Don't miss

Replay


LATEST SHOWS

FRANCE IN FOCUS

France's chronic unemployment problem

Read more

EYE ON AFRICA

Candidates Goodluck Jonathan and Mohamudu Buhari call for calm

Read more

MEDIAWATCH

Anger at mental health stigmatisation after crash allegations

Read more

THE WORLD THIS WEEK

Yemen, the Escalation; France's Three Way Race; Clarkson Shown the Exit (part 2)

Read more

THE WORLD THIS WEEK

Germanwings Crash; Co-pilot 'hid illness' on crash day (part 1)

Read more

#THE 51%

The extraordinary tale of the Egyptian mother who lived as a man

Read more

REPORTERS

Video: San Cristobal, Venezuela's tinderbox

Read more

FOCUS

Portugal: Anger at corruption scandals, one year after bailout

Read more

YOU ARE HERE

Bistronomy: Stylish and simple eating

Read more

We travel across the globe and meet the people behind the most fascinating environmental, health and technological innovations in a bid for sustainable solutions to our changing world. Every other Sunday at 8.40 pm.

DOWN TO EARTH

DOWN TO EARTH

Latest update : 2013-05-27

Ethiopia: Planting hope in trees

In the past half century, Ethiopia has ravaged more than 90 percent of its forests. Reforestation campaigns are now sowing new hope on the Ethiopian highlands. France 24 went out to Ethiopia to find out more.

For every tree that is planted in Ethiopia, dozens of others are cut down. The result is an arid landscape, prone to erosion and incapable of growing essential crops.

This week we head to Tigray, close to the border with Eritrea, where the situation is particularly dire. Tigray has recovered from the famine that devastated the region in the 1980s, but the threat of hunger is never far away. Today the locals have begun to realise that replanting trees is one of the keys to their survival. International organisations Green Ethiopia and the Yves Rocher Foundation have stepped in to help.

While 20 million trees have been planted here in the past 12 years, efforts have been jepoardised by a much more powerful enemy: the eucalypt. This species was imported from Australia more than a century ago. It's loved by the locals because it grows quickly, but for the native species it's a vampire tree that greedily sucks up all the water resources. Concerned biologists are urging Ethiopians to respect and nurture the local trees in a bid to preserve biodiversity here and across the Horn of Africa.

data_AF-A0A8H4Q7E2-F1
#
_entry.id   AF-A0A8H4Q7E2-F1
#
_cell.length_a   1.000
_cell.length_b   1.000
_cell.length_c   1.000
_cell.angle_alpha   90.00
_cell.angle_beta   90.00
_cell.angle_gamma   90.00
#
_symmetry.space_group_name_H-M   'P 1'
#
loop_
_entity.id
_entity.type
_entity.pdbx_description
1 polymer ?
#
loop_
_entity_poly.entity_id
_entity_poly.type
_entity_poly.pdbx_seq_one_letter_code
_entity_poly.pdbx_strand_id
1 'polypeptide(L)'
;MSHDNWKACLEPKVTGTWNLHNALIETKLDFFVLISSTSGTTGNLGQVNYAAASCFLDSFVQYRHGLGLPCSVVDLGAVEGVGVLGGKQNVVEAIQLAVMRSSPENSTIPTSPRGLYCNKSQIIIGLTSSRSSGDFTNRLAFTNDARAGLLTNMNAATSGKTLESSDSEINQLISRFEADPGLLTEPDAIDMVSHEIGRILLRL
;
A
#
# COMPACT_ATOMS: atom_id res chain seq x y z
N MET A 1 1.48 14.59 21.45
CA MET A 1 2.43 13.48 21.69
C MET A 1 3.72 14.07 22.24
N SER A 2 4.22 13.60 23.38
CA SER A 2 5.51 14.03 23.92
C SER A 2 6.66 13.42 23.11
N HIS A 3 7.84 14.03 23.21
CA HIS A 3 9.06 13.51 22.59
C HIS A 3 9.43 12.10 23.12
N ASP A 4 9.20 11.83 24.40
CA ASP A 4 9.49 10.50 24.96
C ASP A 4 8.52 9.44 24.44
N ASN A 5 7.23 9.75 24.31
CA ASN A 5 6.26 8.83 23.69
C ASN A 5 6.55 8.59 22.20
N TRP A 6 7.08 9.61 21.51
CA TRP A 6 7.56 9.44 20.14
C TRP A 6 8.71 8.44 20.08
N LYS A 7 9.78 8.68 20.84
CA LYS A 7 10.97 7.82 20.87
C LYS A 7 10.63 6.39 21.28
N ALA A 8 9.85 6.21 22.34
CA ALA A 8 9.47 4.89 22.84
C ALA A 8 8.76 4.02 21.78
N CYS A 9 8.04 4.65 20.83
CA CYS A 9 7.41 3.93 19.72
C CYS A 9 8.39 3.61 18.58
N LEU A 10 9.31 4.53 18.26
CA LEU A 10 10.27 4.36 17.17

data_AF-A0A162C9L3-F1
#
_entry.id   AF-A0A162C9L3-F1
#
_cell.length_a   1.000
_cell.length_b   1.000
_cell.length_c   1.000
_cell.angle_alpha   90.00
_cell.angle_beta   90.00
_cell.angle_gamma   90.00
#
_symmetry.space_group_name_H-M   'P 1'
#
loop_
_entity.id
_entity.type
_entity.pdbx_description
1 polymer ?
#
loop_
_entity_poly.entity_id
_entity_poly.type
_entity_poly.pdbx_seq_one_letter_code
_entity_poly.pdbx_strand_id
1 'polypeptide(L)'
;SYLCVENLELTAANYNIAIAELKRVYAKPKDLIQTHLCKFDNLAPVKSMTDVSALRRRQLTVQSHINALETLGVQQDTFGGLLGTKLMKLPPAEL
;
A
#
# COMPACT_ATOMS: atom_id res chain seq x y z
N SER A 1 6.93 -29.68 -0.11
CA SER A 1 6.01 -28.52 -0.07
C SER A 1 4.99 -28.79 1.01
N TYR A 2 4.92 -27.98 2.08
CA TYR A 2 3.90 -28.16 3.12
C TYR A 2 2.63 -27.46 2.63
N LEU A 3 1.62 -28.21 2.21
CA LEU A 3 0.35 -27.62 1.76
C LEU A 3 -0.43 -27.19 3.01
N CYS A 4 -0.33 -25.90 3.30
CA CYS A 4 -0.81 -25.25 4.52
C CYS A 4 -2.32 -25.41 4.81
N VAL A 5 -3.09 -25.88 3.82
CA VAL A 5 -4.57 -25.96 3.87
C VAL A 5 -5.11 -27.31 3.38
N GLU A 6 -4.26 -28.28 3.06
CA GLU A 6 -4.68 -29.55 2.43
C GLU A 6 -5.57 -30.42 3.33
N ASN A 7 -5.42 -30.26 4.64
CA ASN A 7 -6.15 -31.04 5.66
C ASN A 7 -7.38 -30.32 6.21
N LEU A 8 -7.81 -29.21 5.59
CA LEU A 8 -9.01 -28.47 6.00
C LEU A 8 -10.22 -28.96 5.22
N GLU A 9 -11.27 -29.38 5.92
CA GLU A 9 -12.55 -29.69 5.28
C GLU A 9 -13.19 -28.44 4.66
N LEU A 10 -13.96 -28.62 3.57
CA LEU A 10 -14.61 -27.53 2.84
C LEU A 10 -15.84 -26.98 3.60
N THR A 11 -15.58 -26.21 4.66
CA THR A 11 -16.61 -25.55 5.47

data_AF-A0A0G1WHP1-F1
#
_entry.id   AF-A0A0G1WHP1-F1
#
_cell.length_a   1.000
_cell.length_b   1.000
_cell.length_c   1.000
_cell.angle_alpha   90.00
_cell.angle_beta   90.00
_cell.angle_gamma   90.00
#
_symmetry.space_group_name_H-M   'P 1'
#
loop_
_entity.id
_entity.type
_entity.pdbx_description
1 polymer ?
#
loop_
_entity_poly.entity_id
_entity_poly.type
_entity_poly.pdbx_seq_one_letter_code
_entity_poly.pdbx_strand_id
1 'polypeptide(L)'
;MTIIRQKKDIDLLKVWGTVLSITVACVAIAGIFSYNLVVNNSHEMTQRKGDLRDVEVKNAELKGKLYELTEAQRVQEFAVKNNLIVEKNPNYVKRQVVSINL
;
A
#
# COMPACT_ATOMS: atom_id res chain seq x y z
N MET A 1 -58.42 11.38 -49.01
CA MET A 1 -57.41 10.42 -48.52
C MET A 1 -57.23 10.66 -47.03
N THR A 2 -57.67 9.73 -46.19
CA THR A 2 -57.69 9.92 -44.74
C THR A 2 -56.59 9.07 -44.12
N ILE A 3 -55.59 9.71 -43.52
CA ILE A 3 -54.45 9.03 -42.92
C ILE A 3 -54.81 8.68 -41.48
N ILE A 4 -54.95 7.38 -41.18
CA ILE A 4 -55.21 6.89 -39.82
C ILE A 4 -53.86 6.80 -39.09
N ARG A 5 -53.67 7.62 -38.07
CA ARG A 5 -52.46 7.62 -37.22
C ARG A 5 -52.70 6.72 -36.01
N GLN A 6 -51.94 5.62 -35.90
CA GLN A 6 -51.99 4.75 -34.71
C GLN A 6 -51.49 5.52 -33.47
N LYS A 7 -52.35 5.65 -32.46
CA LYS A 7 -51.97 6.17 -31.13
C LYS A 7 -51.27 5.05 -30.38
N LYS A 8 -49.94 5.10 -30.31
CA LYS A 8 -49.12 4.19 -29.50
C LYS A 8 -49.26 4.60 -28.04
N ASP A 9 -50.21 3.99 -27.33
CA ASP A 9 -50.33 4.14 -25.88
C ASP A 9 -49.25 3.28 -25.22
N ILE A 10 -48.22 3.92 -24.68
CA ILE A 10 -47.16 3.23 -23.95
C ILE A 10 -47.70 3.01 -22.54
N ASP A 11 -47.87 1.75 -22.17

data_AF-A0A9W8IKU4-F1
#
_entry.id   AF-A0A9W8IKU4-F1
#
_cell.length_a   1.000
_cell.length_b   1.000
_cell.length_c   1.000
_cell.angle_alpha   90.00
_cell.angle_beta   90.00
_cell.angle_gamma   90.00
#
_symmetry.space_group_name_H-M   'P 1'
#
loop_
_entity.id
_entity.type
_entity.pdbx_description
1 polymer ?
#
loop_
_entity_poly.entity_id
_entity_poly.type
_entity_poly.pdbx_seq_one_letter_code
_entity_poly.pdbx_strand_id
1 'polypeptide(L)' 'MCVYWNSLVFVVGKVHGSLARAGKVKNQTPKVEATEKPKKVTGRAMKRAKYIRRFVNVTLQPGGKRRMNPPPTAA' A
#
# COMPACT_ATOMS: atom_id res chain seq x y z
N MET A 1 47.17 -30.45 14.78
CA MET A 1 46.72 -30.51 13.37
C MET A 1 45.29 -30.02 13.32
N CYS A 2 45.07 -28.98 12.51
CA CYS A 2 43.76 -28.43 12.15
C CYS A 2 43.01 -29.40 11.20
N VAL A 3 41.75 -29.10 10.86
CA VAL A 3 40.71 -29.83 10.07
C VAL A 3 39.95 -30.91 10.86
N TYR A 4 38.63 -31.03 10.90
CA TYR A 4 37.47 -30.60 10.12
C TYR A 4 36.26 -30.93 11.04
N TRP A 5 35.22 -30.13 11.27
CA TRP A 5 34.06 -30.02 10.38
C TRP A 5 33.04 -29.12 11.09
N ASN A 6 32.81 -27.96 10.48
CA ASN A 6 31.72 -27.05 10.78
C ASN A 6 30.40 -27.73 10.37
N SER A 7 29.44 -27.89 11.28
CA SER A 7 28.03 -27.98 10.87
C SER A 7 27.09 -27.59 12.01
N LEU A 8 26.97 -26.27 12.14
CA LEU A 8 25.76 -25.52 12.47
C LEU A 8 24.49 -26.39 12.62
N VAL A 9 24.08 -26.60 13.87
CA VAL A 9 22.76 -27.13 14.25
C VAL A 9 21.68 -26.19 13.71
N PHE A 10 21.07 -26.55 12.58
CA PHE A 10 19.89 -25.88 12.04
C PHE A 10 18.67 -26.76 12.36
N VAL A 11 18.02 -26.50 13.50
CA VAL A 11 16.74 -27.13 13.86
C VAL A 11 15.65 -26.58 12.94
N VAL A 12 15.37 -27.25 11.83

By Mairead DUNDAS , Marina BERTSCH

COMMENT(S)

Archives

2015-03-15 agriculture

Agriculture: When farms turn into factories

It's time to end the myth once and for all. The farms in children's books are history. Today's agriculture is increasingly industrial and only those who adapt will survive. In...

Read more

2015-02-15 carbon emissions

Forests worth more alive than dead

We are Down to Earth in Peru on a police patrol to La Pampa, a wasteland on the outskirts of the Amazon. In the last six years 50,000 hectares of rainforest have been obliterated...

Read more

2014-11-16 Mexico

Drought emergency

After one of the driest periods in history, 2014 is on track to be the hottest since records began. How do we adapt to these extreme climate conditions which may be here to stay ?

Read more

2015-01-18 carbon emissions

Hydrogen, fuel of the future?

Is the universe's most abundant element the best alternative to petrol? As Toyota rolls out its first hydrogen fuel cell car, the Down to Earth team explores how this technology...

Read more

2014-10-19 carbon emissions

Climate therapy

Greenhouse gas emissions are rising at the fastest rate in three decades. Meteorologists warn the world is running out of time. In this episode, the Down to Earth team explores...

Read more